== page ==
The Problem of Cognitive Enhancement Industry

Jun 24, 2020 00:00 · 532 words · 3 minute read cognitive enhancement business nootropics

I long for the professionalization of the cognitive enhancement industry. The professionalization that is desperately needed. Let me explain.

Right now, we have a bunch of nootropics companies selling “stacks” that presumably enhance cognition. Rarely any of these companies have a shred of clinical evidence for their claims. Some individual ingredients have solid research behind them; however, mixing them in a single pill should warrant an additional test if the beneficial properties are preserved. I don’t even ask for evidence of the synergistic effect, which would be great, but it’s not easy to reach.

In addition to supplements, which are probably the most popular option so far, there’s a whole set of devices from “neurohacking” class, based on technologies like tDCS (transcranial direct current stimulation) or PEMF (pulsed electromagnetic field). They promise a lot. However, the benefits depend on multiple factors, and we’re nowhere near understanding enough of the technology to market it as “enhancing cognition.”

Add on top of that numerous brain training programs or games (often including bio- and neurofeedback). The level of their effectiveness often is indistinguishable from placebo. It’s not like they have no chance to work — the area needs way more research before claiming such extraordinary benefits.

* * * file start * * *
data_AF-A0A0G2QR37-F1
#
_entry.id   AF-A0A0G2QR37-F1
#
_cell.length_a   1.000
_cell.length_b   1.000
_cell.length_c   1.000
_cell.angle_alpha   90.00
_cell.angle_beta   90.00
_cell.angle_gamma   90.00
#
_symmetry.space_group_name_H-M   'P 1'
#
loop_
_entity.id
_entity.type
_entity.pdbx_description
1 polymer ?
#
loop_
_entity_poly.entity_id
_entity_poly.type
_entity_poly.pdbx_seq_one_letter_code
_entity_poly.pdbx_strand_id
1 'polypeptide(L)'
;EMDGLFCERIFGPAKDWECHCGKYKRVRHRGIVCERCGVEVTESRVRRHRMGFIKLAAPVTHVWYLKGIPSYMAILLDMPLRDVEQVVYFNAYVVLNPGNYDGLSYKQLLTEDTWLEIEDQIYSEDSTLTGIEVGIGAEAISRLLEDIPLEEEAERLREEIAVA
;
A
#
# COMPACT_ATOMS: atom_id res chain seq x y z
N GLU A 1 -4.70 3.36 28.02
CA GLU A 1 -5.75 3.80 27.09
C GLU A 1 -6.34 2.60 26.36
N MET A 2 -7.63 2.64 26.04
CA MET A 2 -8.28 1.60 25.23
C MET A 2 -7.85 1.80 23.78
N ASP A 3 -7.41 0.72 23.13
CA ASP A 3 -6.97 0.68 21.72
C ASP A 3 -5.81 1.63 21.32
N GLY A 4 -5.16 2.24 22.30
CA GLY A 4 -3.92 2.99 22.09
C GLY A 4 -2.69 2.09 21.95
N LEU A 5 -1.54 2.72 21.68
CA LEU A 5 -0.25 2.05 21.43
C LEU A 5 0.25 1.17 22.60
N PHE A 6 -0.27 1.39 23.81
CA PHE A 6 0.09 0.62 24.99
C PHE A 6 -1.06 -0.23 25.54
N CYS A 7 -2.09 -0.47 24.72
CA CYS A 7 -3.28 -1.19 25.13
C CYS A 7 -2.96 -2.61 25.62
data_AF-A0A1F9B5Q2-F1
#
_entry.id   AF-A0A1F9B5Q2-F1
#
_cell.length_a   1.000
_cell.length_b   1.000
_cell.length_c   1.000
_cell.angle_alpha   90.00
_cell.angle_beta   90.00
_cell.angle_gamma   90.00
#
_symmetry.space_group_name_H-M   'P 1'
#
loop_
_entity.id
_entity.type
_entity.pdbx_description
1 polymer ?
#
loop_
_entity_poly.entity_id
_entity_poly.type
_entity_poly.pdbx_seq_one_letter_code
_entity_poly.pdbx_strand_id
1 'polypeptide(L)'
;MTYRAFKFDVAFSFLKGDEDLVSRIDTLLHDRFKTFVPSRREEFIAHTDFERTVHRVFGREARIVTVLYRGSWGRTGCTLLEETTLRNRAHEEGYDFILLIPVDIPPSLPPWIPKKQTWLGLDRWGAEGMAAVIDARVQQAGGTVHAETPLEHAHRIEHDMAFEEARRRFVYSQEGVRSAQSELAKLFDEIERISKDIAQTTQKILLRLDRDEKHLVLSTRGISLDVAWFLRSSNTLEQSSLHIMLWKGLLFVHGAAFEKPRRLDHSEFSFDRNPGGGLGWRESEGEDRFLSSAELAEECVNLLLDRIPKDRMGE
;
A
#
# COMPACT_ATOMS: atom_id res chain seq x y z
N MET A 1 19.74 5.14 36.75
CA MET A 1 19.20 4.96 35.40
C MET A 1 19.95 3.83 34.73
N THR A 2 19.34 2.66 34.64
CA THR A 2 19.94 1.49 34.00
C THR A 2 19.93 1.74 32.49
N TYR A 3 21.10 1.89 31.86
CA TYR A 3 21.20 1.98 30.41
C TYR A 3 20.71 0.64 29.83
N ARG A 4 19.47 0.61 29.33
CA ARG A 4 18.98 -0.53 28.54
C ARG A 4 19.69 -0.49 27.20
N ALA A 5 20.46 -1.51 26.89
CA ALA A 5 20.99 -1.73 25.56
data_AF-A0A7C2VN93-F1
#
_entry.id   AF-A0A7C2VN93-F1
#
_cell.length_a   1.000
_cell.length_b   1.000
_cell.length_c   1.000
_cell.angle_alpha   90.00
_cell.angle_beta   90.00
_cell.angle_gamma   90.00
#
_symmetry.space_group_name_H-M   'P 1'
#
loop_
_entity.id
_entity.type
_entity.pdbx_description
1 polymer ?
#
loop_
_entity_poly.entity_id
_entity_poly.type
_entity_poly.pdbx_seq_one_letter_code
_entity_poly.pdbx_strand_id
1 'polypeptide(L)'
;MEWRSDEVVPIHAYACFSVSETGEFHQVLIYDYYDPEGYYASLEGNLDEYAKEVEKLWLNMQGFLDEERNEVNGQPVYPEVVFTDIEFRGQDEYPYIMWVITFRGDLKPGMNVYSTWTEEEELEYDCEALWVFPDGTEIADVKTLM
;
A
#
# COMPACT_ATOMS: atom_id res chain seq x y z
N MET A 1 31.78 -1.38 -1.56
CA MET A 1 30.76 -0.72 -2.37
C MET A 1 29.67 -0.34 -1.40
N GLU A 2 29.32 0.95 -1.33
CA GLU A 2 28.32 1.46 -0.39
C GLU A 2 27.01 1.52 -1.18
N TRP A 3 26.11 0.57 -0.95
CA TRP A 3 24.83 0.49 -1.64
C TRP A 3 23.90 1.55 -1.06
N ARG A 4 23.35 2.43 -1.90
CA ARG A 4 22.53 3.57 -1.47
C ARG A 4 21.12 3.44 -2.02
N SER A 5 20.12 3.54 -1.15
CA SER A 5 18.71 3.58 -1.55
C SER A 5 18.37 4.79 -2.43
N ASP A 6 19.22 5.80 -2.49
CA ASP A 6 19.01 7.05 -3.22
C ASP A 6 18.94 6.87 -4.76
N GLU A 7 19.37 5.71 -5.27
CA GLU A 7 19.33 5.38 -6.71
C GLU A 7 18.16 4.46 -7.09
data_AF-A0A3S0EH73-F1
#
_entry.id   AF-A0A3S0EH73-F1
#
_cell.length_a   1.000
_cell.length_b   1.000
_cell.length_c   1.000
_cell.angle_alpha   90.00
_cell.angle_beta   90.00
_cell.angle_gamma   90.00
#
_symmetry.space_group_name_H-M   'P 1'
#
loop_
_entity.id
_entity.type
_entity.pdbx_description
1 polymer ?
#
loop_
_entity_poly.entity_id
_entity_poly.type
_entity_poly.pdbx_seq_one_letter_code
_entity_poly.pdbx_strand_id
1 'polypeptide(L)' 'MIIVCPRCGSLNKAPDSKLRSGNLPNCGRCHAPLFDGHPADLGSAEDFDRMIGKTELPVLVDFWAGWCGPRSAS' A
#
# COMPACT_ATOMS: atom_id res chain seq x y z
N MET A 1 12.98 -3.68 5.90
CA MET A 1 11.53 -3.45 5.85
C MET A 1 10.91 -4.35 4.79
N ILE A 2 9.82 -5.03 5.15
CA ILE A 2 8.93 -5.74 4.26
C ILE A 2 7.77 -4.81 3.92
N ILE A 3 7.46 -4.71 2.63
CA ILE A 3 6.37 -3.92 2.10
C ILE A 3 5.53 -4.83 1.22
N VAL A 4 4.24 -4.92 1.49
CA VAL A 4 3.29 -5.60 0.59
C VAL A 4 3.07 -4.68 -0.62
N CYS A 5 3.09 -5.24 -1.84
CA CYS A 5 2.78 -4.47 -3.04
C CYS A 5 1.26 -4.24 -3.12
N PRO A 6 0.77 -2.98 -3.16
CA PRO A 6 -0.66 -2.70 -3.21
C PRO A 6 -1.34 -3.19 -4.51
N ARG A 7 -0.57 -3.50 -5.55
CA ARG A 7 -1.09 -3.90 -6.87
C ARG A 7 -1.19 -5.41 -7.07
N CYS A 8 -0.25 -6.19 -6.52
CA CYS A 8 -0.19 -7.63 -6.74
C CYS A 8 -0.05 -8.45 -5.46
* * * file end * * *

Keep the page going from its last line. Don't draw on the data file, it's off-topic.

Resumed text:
Will they ban meditation?

The extraordinary claims heard by people who have no idea how many of these are backed by solid research tend to induce fear. Take, for example, the long article on ethics of nootropics usage from Psychology Today where the author seriously considers banning of nootropics, like they have properties exactly from Limitless movie:

This is when it gets a bit fuzzy, and where a libertarian extreme — or its polar opposite — may become relevant.

In this case, perhaps it makes sense to either make nootropics available — or banned — to all. Either way, equal access (or lack thereof) is guaranteed.

If you consider banning nootropics because they sometimes give a bit of an edge for some cognitive skills, maybe we should ban meditation, which also has these properties? And let’s tell everybody to eat at McDonald’s to level the playing field, because, you know, some diets are better for brain than the others.

Medical uses to the rescue.

I believe that the easiest way to make the industry a bit less wild west than it is now would be to go back to medical uses: age-related dementia, cognitive decline in Alzheimer’s, narcolepsy, ADHD, to name a few. In some cases, the existing drugs are very effective (modafinil and narcolepsy, for instance). In some, there’s almost nothing to choose from that would work and be safe long-term. The rigor of clinical trials applied to cognitive enhancers would drastically improve the quality of the pills we are served.

The rigor of clinical trials applied to cognitive enhancers would drastically improve the quality of the pills we are served. Besides, the claims would need to be moderated, and fewer people would believe that the vision from Limitless movie is attainable. And we wouldn’t have discussions on bans, but instead on how to systematically improve human cognition at the planetary level.

The last one might not happen during my lifetime, but it’s always nice to dream ;).